Nov. 30, 2015 04:00 AM EST Reads: 599
Apps and devices shouldn't stop working when there's limited or no network connectivity. Learn how to bring data stored in a cloud database to the edge of the network (and back again) whenever an Internet connection is available. In his session at 17th Cloud Expo, Ben Perlmutter, a Sales Engineer with IBM Cloudant, demonstrated techniques for replicating cloud databases with devices in order to build offline-first mobile or Internet of Things (IoT) apps that can provide a better, faster user experience, both offline and online. The focus of this talk was on IBM Cloudant, Apache CouchDB, and ...
Nov. 30, 2015 03:45 AM EST Reads: 433
Today air travel is a minefield of delays, hassles and customer disappointment. Airlines struggle to revitalize the experience. GE and M2Mi will demonstrate practical examples of how IoT solutions are helping airlines bring back personalization, reduce trip time and improve reliability. In their session at @ThingsExpo, Shyam Varan Nath, Principal Architect with GE, and Dr. Sarah Cooper, M2Mi’s VP Business Development and Engineering, explored the IoT cloud-based platform technologies driving this change including privacy controls, data transparency and integration of real time context with p...
Nov. 30, 2015 02:00 AM EST Reads: 446
I recently attended and was a speaker at the 4th International Internet of @ThingsExpo at the Santa Clara Convention Center. I also had the opportunity to attend this event last year and I wrote a blog from that show talking about how the “Enterprise Impact of IoT” was a key theme of last year’s show. I was curious to see if the same theme would still resonate 365 days later and what, if any, changes I would see in the content presented.
Nov. 30, 2015 02:00 AM EST Reads: 448
Cloud computing delivers on-demand resources that provide businesses with flexibility and cost-savings. The challenge in moving workloads to the cloud has been the cost and complexity of ensuring the initial and ongoing security and regulatory (PCI, HIPAA, FFIEC) compliance across private and public clouds. Manual security compliance is slow, prone to human error, and represents over 50% of the cost of managing cloud applications. Determining how to automate cloud security compliance is critical to maintaining positive ROI. Raxak Protect is an automated security compliance SaaS platform and ma...
Nov. 30, 2015 12:00 AM EST Reads: 449
The Internet of Things (IoT) is growing rapidly by extending current technologies, products and networks. By 2020, Cisco estimates there will be 50 billion connected devices. Gartner has forecast revenues of over $300 billion, just to IoT suppliers. Now is the time to figure out how you’ll make money – not just create innovative products. With hundreds of new products and companies jumping into the IoT fray every month, there’s no shortage of innovation. Despite this, McKinsey/VisionMobile data shows "less than 10 percent of IoT developers are making enough to support a reasonably sized team....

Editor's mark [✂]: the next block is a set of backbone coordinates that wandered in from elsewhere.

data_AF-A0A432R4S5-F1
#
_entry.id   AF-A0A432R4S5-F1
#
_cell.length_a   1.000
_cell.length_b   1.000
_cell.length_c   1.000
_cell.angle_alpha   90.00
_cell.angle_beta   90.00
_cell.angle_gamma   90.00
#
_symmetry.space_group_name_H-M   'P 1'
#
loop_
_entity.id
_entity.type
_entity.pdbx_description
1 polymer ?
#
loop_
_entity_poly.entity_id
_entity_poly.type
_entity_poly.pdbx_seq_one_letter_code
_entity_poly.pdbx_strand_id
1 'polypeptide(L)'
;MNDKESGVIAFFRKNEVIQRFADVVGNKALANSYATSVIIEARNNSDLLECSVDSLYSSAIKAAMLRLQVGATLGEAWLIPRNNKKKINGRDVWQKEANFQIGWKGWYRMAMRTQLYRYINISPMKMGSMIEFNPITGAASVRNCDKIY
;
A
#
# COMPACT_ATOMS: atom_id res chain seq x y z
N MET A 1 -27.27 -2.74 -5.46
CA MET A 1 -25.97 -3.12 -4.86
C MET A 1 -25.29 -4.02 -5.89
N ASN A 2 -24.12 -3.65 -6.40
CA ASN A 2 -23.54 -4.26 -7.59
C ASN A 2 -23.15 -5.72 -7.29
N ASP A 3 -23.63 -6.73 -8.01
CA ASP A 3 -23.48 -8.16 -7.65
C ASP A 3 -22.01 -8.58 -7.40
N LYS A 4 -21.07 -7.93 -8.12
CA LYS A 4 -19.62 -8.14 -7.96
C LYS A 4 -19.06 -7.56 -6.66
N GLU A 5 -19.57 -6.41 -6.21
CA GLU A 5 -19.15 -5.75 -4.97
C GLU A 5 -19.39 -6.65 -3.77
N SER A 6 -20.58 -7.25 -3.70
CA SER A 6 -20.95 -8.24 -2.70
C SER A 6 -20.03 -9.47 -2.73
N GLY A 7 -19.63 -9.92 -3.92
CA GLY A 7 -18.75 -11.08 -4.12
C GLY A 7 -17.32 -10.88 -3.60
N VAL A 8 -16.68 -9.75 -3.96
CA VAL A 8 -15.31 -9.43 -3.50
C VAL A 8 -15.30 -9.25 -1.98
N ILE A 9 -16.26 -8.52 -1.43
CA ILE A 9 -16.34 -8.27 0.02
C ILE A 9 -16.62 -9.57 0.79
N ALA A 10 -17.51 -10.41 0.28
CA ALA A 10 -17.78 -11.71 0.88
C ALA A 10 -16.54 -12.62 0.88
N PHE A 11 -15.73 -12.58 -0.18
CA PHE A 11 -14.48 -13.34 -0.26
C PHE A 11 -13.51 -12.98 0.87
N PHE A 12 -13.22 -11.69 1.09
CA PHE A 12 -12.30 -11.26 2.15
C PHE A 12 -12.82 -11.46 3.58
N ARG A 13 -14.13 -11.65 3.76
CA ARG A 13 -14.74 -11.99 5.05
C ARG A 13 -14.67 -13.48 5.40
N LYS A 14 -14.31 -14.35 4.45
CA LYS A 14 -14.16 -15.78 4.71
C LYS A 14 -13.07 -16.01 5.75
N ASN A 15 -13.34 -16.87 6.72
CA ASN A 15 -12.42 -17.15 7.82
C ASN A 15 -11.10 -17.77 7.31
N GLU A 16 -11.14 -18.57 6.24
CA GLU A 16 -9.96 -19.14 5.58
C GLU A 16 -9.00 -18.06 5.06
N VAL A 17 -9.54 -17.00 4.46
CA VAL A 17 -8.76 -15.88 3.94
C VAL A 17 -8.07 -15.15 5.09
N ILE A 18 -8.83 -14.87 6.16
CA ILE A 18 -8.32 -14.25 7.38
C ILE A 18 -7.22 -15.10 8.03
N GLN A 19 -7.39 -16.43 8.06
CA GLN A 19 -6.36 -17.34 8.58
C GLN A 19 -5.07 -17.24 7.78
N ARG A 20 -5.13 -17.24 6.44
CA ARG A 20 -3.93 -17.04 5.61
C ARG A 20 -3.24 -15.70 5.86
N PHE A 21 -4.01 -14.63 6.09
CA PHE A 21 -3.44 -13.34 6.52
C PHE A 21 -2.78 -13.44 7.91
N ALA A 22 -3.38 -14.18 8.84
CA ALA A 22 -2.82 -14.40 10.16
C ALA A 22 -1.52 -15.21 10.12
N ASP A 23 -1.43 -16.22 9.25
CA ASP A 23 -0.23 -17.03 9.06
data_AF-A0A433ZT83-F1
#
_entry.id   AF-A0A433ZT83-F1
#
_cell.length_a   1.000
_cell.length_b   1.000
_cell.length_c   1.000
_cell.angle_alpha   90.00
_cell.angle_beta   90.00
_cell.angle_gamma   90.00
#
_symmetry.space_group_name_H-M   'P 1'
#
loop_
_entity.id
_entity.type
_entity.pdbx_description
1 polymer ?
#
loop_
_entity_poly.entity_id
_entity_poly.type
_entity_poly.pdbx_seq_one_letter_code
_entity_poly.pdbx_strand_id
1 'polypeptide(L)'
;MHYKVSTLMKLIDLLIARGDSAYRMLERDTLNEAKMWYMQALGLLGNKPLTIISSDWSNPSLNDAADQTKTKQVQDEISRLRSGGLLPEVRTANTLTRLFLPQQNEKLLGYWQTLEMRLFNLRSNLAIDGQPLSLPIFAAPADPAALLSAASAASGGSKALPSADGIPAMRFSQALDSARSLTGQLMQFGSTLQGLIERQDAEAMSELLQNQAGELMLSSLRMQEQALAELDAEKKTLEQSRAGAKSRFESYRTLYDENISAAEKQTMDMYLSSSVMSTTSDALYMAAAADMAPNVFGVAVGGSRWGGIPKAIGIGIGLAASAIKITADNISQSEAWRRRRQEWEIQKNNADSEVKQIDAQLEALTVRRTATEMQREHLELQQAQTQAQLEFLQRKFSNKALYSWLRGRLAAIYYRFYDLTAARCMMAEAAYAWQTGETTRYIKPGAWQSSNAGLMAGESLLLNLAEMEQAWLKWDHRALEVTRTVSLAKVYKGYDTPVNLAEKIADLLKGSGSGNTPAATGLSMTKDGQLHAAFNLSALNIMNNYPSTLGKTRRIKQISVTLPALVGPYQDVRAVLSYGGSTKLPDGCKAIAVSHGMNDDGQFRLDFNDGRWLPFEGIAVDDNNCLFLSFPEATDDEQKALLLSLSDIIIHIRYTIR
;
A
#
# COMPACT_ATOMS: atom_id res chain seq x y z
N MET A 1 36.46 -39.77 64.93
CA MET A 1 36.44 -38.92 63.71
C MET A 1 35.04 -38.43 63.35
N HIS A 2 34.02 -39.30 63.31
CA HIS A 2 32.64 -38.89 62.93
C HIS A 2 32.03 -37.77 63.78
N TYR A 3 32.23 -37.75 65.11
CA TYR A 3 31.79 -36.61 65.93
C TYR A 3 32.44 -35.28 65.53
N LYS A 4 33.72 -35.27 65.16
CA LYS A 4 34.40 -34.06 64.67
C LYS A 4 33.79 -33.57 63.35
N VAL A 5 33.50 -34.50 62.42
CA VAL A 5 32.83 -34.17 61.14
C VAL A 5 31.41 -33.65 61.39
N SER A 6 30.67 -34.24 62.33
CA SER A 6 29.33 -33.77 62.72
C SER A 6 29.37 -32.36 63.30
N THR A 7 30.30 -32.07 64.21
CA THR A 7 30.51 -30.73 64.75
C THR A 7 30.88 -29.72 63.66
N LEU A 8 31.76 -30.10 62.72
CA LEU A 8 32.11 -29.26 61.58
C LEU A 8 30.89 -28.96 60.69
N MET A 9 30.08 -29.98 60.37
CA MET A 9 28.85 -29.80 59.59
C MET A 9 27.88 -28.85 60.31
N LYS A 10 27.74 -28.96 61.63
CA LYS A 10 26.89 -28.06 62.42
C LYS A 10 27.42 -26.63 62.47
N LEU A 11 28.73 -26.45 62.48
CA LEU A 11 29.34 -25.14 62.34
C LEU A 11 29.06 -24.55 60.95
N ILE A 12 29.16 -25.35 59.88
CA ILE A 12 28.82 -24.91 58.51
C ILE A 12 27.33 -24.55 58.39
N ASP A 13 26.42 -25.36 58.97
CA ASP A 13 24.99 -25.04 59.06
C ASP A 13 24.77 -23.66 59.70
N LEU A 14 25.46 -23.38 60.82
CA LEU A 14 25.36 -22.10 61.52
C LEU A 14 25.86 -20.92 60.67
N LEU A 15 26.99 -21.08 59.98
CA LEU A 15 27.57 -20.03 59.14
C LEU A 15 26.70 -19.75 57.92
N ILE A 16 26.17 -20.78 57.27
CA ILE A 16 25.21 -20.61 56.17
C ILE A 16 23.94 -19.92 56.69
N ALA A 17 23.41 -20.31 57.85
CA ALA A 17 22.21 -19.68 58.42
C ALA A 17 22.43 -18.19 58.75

Nov. 29, 2015 02:00 PM EST Reads: 487
Just over a week ago I received a long and loud sustained applause for a presentation I delivered at this year’s Cloud Expo in Santa Clara. I was extremely pleased with the turnout and had some very good conversations with many of the attendees. Over the next few days I had many more meaningful conversations and was not only happy with the results but also learned a few new things. Here is everything I learned in those three days distilled into three short points.
Nov. 29, 2015 01:00 PM EST Reads: 358
DevOps is about increasing efficiency, but nothing is more inefficient than building the same application twice. However, this is a routine occurrence with enterprise applications that need both a rich desktop web interface and strong mobile support. With recent technological advances from Isomorphic Software and others, rich desktop and tuned mobile experiences can now be created with a single codebase – without compromising functionality, performance or usability. In his session at DevOps Summit, Charles Kendrick, CTO and Chief Architect at Isomorphic Software, demonstrated examples of com...
Nov. 29, 2015 12:45 PM EST Reads: 423
As organizations realize the scope of the Internet of Things, gaining key insights from Big Data, through the use of advanced analytics, becomes crucial. However, IoT also creates the need for petabyte scale storage of data from millions of devices. A new type of Storage is required which seamlessly integrates robust data analytics with massive scale. These storage systems will act as “smart systems” provide in-place analytics that speed discovery and enable businesses to quickly derive meaningful and actionable insights. In his session at @ThingsExpo, Paul Turner, Chief Marketing Officer at...
Nov. 29, 2015 12:30 PM EST Reads: 427
In his keynote at @ThingsExpo, Chris Matthieu, Director of IoT Engineering at Citrix and co-founder and CTO of Octoblu, focused on building an IoT platform and company. He provided a behind-the-scenes look at Octoblu’s platform, business, and pivots along the way (including the Citrix acquisition of Octoblu).
Nov. 29, 2015 12:00 PM EST Reads: 529